Ben Wheatley is very much the standard bearer of new British directors. Having made a stir with his award winning films, Down Terrace and Kill List, Wheatley has successfully managed to make some deliciously black comedy moments in these films, but with Sightseers the comedy is front and centre and as black as it comes.
The film follows Tina and Chris, a pair of lovers who set out upon a caravan tour of Britain’s finer side think Keswick Pencil Museum and Crich Tramway Museum and you’ll have a good idea of what Chris and Tina are like. However, after an accident involving a fellow tourist their holiday takes a darker turn.
Written by stars Alice Lowe and Steve Oram, who play the leads, Tina and Chris, respectively Sightseers is black comedy gold. It’s League of Gentleman meets Terrence Malick’s Badlands. It is no surprise that both Lowe and Oram are veterans of the UK comedy circuit, as the script is filled with some fantastic one liners, not only from the protagonists but also Tina’s mother Carol, who steals every scene she is in with her sour, lonely mother routine.
Wheatley does a fantastic job directing, wandering in similar territory to his debut film Down Terrace. Wheatley contrasts the violent rampage against the picturesque British countryside brilliantly. At times the film relies far too heavily on slow motion, which can start to get slightly distracting but you cannot help getting caught up in it all.
Lowe and Oram bring the two protagonists to life wonderfully, a pair of nerdy lovers. Chris just wants to be feared and respected. At times Chris, despite his anorak tendencies, feels like the everyman pushed to his limits. He’s almost like Michael Douglas in Falling Down but with a superior knowledge of caravans. Having lost his job six months ago he’s slowly been taking out his pent up anger on unsuspecting victims. Tina plays a mollycoddled 30 something who has spent far too much time with her possessive mother. Once Chris awakens her both sexually and violently, she gets a taste for it and as the soundtrack and Chris’ dreams tell us, becomes a bit of a witch.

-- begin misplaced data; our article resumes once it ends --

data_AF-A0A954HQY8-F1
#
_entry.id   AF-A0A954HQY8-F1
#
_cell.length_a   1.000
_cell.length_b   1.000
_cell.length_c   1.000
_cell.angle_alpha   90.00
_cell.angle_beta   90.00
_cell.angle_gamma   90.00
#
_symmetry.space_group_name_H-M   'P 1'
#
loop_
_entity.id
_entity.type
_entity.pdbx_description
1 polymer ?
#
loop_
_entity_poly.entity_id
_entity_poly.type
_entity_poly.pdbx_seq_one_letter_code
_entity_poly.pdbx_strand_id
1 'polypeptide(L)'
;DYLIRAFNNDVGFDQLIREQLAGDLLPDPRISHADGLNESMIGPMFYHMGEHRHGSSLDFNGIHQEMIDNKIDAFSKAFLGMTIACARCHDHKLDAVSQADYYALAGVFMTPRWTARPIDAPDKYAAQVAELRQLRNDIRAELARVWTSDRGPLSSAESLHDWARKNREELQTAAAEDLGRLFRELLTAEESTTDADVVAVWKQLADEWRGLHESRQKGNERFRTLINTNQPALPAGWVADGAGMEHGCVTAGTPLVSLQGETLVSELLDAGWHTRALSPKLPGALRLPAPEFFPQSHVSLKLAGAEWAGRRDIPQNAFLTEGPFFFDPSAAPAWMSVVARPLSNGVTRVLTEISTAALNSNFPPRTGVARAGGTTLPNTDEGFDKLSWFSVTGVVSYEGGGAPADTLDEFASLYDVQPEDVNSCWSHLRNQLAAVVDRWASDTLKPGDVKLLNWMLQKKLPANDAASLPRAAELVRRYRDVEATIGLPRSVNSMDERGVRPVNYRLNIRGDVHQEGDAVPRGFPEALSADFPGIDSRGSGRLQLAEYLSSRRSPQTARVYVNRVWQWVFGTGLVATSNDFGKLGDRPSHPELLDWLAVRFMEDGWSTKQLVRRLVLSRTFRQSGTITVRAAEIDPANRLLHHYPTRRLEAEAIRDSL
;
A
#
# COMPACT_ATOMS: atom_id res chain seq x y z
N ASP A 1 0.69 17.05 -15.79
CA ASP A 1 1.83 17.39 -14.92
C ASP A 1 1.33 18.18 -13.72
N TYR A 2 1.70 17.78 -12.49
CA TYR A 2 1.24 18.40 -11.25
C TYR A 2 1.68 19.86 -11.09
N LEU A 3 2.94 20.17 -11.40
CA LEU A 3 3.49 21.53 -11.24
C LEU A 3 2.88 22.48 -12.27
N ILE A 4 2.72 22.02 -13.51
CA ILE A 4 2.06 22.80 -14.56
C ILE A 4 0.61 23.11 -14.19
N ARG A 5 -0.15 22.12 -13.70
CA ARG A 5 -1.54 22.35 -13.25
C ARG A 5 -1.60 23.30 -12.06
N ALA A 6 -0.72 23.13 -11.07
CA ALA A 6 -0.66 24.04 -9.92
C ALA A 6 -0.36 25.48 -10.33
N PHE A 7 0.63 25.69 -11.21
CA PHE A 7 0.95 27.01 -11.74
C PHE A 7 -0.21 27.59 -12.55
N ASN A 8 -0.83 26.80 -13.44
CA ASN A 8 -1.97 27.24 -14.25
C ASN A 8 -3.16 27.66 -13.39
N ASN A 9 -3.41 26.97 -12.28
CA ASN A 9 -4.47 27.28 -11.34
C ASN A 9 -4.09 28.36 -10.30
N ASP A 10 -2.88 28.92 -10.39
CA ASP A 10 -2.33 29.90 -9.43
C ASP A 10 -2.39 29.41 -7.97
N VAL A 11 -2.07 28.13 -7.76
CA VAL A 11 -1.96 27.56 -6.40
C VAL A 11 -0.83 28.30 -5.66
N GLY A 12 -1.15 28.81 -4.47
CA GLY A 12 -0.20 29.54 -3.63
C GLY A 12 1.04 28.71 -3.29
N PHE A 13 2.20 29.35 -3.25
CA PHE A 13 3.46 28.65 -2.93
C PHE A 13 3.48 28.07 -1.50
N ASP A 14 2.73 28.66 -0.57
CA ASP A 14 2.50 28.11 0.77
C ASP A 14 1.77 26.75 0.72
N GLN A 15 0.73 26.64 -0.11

The victims of Tina and Chris’ countryside killing spree are all familiar stereotypes: the loutish litterer, the Daily Mail’ reader National trust snob, and the drunken bride to be on her hen night. These are people that at some stage or another we have all had qualms with. But Lowe and Oram take those feeling to the black comedy extreme. The death scenes themselves in the film are particularly brutal and there’s no holding back on the sound effects and gore.
The extras on the disc are fairly basic. There’s an extensive behind-the-scenes piece. Featuring interviews with cast and crew it’s a great insight into how the film was brought to life by Wheatley, Oram and Lowe. Accompanying this are outtakes and two trailers. It would have been great to see a directors commentary with Wheatley, Oram and Lowe on the disc, along with a possible Q&A considering how positive the film was received on its release. It’s a shame that the Blu ray isn’t packed full of extras, but the film is great enough on its own and has definite re-watchability.
A deliciously dark black comedy and another fine venture from Wheatley. Everything great about British comedy is on full display within this film, highly recommended.
Reviewer: Gareth Haworth